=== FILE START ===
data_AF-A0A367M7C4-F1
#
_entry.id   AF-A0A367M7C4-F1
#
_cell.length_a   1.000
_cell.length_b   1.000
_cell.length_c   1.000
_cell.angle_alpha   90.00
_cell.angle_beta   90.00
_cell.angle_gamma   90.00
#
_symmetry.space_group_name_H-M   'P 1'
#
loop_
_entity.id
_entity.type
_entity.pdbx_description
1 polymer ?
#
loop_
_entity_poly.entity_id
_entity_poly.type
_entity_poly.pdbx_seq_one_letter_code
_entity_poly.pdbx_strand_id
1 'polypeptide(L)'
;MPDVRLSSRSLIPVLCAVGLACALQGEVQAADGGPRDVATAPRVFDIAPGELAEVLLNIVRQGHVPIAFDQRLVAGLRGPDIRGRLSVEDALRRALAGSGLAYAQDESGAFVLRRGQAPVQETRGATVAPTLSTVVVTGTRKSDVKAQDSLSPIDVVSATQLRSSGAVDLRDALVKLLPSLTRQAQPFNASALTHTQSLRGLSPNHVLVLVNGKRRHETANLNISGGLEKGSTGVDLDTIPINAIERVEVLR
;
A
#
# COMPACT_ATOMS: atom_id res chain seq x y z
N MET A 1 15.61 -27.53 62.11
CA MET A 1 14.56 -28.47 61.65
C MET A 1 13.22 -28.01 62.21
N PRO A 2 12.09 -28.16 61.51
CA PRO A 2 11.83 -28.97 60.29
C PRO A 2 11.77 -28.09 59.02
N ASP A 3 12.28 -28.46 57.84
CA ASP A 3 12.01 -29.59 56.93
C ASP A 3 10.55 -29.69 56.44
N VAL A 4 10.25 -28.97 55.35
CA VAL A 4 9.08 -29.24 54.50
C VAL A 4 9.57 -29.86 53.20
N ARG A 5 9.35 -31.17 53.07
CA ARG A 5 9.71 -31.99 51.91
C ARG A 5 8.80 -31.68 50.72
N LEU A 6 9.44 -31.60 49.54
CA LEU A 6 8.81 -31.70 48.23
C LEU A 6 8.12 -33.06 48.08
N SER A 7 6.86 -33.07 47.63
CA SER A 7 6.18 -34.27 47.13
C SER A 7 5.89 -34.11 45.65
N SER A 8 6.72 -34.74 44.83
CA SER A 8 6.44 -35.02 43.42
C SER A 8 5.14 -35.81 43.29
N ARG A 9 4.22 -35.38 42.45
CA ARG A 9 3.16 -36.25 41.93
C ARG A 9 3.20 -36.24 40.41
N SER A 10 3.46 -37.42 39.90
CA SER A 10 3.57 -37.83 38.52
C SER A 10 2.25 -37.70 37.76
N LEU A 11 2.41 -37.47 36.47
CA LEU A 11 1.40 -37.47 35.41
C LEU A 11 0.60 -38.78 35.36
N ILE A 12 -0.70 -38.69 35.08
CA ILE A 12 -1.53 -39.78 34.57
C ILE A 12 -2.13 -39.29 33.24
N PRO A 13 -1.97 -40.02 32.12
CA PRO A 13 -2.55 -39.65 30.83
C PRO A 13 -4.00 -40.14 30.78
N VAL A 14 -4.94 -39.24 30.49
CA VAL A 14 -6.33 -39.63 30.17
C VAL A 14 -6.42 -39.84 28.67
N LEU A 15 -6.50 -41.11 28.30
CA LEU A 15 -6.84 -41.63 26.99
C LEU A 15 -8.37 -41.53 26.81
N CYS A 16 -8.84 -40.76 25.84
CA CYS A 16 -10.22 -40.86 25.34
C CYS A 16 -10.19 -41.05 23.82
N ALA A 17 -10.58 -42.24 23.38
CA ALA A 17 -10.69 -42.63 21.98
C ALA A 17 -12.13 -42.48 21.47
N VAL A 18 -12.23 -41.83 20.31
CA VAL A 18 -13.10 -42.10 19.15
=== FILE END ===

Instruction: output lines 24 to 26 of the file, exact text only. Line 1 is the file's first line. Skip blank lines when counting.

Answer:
_entity_poly.pdbx_strand_id
1 'polypeptide(L)'
;MPDVRLSSRSLIPVLCAVGLACALQGEVQAADGGPRDVATAPRVFDIAPGELAEVLLNIVRQGHVPIAFDQRLVAGLRGPDIRGRLSVEDALRRALAGSGLAYAQDESGAFVLRRGQAPVQETRGATVAPTLSTVVVTGTRKSDVKAQDSLSPIDVVSATQLRSSGAVDLRDALVKLLPSLTRQAQPFNASALTHTQSLRGLSPNHVLVLVNGKRRHETANLNISGGLEKGSTGVDLDTIPINAIERVEVLR